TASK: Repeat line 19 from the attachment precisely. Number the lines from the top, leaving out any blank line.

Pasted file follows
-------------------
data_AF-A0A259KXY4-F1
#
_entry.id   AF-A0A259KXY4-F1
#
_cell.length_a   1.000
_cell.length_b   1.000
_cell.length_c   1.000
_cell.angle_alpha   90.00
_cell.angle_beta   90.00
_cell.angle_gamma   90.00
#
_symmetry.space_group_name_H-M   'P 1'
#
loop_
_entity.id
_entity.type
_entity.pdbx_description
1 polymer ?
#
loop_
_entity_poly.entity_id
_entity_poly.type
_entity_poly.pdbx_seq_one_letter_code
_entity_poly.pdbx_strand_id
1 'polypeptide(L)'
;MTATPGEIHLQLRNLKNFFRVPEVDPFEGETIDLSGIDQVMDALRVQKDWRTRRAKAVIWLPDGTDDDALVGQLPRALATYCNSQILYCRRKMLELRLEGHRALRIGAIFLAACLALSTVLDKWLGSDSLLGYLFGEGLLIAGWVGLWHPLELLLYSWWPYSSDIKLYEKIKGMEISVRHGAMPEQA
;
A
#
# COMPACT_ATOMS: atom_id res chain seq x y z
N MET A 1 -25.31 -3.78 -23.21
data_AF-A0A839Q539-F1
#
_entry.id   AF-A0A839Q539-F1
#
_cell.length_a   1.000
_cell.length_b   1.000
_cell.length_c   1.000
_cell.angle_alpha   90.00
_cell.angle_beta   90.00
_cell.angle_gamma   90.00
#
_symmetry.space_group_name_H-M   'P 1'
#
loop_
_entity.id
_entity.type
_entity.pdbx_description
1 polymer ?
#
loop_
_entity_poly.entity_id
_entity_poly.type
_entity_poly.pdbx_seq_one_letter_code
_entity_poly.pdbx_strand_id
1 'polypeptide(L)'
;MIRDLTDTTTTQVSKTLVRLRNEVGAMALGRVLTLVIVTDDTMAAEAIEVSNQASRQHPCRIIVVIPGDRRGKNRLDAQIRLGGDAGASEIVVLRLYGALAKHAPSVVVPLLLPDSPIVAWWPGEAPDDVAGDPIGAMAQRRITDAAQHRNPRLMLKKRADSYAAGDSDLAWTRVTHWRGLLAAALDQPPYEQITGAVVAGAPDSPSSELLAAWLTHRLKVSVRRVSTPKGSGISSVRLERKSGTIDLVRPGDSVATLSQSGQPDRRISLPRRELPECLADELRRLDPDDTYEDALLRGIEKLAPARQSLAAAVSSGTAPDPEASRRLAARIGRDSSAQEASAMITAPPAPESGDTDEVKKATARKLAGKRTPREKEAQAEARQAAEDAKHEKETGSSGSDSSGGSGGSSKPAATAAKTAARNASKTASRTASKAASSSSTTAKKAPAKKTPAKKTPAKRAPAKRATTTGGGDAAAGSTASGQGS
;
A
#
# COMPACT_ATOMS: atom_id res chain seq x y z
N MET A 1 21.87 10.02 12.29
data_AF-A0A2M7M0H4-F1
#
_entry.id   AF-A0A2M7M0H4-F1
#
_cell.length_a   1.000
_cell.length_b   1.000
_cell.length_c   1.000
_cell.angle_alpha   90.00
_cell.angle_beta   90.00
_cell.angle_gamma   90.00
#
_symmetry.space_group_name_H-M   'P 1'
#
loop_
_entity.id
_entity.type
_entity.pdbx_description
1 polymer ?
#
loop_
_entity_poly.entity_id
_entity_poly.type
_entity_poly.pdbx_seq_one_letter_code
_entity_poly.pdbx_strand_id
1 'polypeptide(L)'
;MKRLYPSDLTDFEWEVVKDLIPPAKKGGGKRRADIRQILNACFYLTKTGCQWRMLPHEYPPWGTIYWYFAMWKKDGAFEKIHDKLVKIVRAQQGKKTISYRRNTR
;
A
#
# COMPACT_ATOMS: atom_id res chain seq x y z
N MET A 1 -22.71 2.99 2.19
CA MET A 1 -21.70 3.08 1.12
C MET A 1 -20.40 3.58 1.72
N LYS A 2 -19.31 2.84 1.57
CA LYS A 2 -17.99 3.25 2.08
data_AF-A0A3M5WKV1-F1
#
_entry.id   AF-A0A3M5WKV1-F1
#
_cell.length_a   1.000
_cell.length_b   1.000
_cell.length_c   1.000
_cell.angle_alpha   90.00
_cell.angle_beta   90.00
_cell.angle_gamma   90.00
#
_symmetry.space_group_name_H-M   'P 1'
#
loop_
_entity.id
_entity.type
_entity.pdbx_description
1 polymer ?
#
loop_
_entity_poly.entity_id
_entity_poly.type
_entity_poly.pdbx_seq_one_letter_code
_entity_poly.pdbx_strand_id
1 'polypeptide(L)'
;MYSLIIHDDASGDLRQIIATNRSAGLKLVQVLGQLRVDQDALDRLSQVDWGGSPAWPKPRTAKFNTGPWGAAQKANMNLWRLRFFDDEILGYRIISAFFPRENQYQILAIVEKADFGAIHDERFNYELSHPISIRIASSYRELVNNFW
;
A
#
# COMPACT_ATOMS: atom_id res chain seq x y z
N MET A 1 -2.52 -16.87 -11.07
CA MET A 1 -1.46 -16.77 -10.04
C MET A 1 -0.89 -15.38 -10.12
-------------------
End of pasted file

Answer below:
#